IF there's an agency in state government where the next crisis is always mere moments away, it's the Department of Human Services. DHS is huge and its clientele are the state's most vulnerable, and often, among the most troubled.
For DHS over the past few weeks, it seemed every step forward was met with the proverbial two steps back. But the struggle is worth fighting because what's at stake is so important to the people DHS serves. And because it says a lot about who we are as a state. In fact, similar battles exist in every area of government, whether it be education or corrections or public health.
We're so appreciative for the boots-on-the-ground employees in local and state government who go to work every day determined to do the best possible job. But Oklahomans also owe thanks to those willing to take up leadership roles, whether on a paid basis or as a volunteer. These people bear the ire of the public when things go poorly and rarely get the kudos when things go well. That is the nature of public service.
Brad Yarbrough is Exhibit A. Yarbrough served as head of the DHS oversight board during a harrowing time. He helped steer the board through a class-action lawsuit that eventually was settled in part with a critical plan to overhaul parts of the child welfare system. But he stepped down as board chairman last week amid controversy that he tried to keep two other former board members involved in the agency by appointing them to a pair of DHS-related committees. The former board members had a passion for improving DHS but resigned due to potential conflicts of interest.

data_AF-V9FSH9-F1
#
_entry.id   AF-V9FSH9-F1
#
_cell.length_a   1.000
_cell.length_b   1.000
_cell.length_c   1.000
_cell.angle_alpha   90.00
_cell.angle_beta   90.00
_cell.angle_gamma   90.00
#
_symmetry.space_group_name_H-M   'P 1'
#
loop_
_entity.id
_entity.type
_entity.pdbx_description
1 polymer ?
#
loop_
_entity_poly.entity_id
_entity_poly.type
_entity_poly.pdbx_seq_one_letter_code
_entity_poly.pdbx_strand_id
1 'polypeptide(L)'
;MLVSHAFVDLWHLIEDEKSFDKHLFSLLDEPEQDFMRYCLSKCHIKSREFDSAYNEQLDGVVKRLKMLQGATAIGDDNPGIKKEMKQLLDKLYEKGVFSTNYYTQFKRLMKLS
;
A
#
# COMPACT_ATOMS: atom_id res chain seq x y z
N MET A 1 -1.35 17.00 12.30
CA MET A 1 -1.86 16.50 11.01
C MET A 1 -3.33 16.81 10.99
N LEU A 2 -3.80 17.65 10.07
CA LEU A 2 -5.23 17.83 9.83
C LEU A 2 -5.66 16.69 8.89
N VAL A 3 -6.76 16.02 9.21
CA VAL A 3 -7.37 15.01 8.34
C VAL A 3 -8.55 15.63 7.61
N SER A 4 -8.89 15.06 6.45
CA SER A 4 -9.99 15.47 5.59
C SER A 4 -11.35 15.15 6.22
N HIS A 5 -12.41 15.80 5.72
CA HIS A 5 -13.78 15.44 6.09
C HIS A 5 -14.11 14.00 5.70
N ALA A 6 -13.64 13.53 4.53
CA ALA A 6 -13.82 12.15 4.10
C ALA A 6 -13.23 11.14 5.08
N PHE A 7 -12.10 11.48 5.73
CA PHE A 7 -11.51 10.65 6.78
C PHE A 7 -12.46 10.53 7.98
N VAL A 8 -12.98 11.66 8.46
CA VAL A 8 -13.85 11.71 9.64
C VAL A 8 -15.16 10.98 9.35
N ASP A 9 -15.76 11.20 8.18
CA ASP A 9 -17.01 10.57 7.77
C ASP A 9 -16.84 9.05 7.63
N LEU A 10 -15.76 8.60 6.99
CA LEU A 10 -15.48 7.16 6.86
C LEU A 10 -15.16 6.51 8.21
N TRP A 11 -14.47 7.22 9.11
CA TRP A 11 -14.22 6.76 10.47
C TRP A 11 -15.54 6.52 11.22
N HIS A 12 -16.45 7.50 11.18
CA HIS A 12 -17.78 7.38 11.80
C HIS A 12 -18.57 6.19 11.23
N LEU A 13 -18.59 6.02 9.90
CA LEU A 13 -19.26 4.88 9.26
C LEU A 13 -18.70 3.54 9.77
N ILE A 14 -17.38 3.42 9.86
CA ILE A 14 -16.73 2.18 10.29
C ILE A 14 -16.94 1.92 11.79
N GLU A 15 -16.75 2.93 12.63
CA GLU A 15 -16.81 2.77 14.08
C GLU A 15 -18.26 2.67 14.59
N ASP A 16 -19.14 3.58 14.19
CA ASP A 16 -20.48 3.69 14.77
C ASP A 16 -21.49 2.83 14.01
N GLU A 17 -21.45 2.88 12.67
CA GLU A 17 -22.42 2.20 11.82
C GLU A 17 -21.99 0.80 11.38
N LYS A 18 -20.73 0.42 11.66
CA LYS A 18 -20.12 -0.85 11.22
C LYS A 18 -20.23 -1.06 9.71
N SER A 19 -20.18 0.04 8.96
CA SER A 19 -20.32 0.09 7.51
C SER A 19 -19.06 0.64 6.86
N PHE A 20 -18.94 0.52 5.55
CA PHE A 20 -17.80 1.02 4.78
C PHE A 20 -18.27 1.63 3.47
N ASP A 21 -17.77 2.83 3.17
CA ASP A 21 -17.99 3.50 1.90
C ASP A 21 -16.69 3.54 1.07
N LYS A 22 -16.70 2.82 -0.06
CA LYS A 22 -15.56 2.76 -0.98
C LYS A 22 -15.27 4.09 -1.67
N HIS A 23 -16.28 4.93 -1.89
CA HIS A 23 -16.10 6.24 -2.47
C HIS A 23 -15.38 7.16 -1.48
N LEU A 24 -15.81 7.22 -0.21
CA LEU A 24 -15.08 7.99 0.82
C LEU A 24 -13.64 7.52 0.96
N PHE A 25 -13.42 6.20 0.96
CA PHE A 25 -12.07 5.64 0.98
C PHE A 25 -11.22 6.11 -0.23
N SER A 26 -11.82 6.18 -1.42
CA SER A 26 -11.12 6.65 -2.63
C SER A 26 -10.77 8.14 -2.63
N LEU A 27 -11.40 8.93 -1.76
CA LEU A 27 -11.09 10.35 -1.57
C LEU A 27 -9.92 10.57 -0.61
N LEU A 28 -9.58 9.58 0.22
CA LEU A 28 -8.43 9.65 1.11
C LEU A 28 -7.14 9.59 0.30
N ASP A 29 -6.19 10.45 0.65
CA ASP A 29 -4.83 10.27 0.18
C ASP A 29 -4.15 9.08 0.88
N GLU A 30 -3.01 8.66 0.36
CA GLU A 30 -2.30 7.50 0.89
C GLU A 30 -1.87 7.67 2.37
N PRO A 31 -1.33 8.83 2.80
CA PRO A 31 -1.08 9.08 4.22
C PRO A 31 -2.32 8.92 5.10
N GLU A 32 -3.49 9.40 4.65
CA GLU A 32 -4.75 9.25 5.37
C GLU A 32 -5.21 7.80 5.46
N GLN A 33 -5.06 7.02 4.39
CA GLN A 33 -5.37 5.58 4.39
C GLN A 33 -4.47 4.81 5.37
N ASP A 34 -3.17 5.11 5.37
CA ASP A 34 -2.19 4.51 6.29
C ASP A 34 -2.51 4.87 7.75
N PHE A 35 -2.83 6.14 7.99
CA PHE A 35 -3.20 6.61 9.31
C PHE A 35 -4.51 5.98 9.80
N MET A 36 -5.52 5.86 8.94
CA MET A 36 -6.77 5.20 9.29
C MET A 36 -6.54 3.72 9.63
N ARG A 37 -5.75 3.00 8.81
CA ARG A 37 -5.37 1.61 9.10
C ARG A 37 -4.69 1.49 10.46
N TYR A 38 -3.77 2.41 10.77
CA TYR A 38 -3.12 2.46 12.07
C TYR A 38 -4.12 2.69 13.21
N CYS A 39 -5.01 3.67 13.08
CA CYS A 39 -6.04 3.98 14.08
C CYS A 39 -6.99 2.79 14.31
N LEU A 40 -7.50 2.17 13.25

Yarbrough didn't get a unanimous thank you for his meritorious service. Not even close. One of his fellow board members instead wanted him censured.
We find other examples of exemplary public service connected to DHS, as well. Terri White, who heads the state Department of Mental Health and Substance Abuse Services, willingly agreed to add DHS responsibilities to her already full plate when the agency found itself in need of a temporary leader. She only relinquished the DHS duties when informed she couldn't hold two state jobs at once.
That's when Preston Doerflinger agreed to take leave from the Office of State Finance to temporarily head the DHS. When that will end is anyone's guess because the search for a permanent successor hasn't gone as planned.
That the state's most beleaguered public agency has on its side such dedicated public servants is no small matter. Given the years that the oversight commission was asleep at the wheel, that clearly wasn't always the case.
Examples can be found outside of DHS, too. Take David Prater, the Oklahoma County district attorney who faced allegations that a victory party after he won the seat in 2006 was an illegal fundraiser. Last week a grand jury cleared Prater and said the accusers fabricated evidence to back up their allegations. Prater has done a solid job as district attorney. Neither he nor the public (including the grand jurors) was well served by the time, energy and money spent fighting the false allegations.
Oklahoma is fortunate to have many dedicated public servants. We're glad they're willing to serve, even when the hours are long, the work is hard and the praise is hard to come by.